DeSantis vows to rein in Fed, ban central bank digital currency: ‘Cash is king’
Florida governor lays out to Just the News broad strokes of economic policy, plan to fight China
Florida Gov. Ron DeSantis laid out the broad strokes of his economic policy in an interview with Just the News, vowing to reinvigorate America’s manufacturing base, rein in the Federal Reserve and ban a central bank digital currency if elected president.
"Cash is king,” he declared.
DeSantis harshly criticized President Joe Biden’s economic policies in the interview aired Thursday night on the “Just the News, No Noise” television show, saying they had injected a liberal orthodoxy into the marketplace that has harmed middle-class Americans by raising the cost of everything from food and gas to energy and transportation while suffocating people out of the job market.
The Florida governor, tracking a distant second in the GOP presidential field behind front runner Donald Trump, said he would seek to tame inflation by working with Congress to immediately trim the federal budget back to 2019 pre-pandemic levels and pruning the regulatory powers that have been seized by federal agencies in recent years.
“At a minimum, they need to take back government to what it was pre-COVID 2019, that would save you probably over a 10-year period trillions of dollars,” DeSantis said.
“I think the biggest drag on the economy is the administrative state and the bureaucracy. And yes, I mean, I want lower taxes. I'll go as far as we can on that,” he also said. “But when I talk to small business people, I almost never hear about that. I hear about the growth of government and what government's doing to choke off their ability to just run their businesses the way they see fit.”
You can view the whole interview here.
Exploring the future battle with China for global economic superiority, DeSantis said he would focus on restoring U.S. manufacturing for critical supplies like health care, auto parts and defense products while building programs to entice workers back into the marketplace.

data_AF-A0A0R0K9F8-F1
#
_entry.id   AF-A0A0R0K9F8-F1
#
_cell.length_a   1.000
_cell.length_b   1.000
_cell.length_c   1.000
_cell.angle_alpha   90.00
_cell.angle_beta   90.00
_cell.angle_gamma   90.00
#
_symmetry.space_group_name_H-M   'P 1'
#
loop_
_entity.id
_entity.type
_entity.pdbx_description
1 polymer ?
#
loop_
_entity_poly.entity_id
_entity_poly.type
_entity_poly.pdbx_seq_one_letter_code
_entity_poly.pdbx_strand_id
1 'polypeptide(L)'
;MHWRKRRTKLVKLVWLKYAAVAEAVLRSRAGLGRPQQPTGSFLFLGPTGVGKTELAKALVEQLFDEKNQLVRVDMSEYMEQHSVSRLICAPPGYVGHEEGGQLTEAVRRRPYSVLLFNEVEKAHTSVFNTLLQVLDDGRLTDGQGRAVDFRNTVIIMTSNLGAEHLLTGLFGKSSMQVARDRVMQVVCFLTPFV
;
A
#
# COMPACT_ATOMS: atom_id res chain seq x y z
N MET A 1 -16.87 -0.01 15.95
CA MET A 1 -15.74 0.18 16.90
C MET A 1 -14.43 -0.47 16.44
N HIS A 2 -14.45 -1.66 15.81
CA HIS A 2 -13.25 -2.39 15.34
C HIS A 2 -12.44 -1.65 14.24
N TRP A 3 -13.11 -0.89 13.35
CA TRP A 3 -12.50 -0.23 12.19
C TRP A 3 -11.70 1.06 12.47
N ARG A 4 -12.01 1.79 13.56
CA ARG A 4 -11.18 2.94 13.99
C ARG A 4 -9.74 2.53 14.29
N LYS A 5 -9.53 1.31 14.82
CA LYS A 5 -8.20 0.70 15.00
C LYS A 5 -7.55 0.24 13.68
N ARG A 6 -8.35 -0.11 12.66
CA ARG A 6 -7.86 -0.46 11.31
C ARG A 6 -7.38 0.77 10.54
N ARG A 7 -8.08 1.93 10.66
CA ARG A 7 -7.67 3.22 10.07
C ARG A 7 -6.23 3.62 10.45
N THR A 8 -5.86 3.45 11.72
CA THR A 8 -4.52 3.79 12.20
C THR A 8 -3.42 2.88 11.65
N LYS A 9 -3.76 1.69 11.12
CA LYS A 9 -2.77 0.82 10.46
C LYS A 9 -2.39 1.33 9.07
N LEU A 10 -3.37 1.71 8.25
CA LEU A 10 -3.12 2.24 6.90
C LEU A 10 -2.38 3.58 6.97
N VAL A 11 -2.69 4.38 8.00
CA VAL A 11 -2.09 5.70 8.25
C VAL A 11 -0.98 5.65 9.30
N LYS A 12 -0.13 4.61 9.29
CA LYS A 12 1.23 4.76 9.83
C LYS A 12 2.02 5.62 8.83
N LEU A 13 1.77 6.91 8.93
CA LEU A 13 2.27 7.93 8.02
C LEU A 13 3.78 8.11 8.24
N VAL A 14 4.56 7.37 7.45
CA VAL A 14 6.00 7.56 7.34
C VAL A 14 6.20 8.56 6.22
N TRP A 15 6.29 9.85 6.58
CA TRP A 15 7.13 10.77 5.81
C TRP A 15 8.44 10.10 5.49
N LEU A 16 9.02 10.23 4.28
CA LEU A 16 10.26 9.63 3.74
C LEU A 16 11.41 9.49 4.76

He emphasized there was enormous opportunity to encourage students to skip college in favor of trade skills that land them six-figure jobs as plumbers, electricians and masons.
The Florida governor also addressed the growing push for cryptocurrency, saying he supported private crypto markets but would strongly oppose any effort to create a central bank digital currency.
“What I would do as president is on Day One central bank digital currency dies in this country,” he said. “I think it's a huge threat to freedom. I think it's a huge threat to privacy, because ultimately, what they want to do is they want to get rid of cash. They want to get rid of cryptocurrency, and they want this Fed-monitored central bank digital currency to be what you have to use.”
He warned that a central bank currency would put America on a path to communist China’s social credit score system, allowing the government to track and ultimately limit purchases in line with the ruling party’s ideological wishes.
“People at like the World Economic Forum, you know, they're like, ‘Oh, my God, I'm excited.' They're excited about it, and they said it publicly that it will allow them to block what they consider to be undesirable purchases, like too much fuel,” DeSantis said. “So if you have a Ford F-150, you may be using too much fuel, they just won't let the transaction go through. Maybe you're buying too much ammunition.
“What they want to do is like a social credit system. And they can impose that once they have control over the currency in that way. So cash is king. It gives you independence."
DeSantis also put the Fed on notice, saying he believes the central bank has far exceeded its authority over the economy. He specifically cited the Fed’s quantitative easing policy for creating economic inequality, saying it made the rich richer and slowed the middle class’s growth.
“The Fed should simply maintain price stability,” he said. ”They are not an economic central planner. They need to stop trying to micromanage the economy. If you go back – so you had the financial crisis. And then the Fed does this quantitative easing. And that was supposed to be kind of like an aberration, a crisis thing. Then that became the norm.
“The problem with quantitative easing is the people that have assets, they inflates their assets. So they do very well, people at the top, But average people, they have had suboptimal economic results as a result of that. And so I think it's been a total disaster.”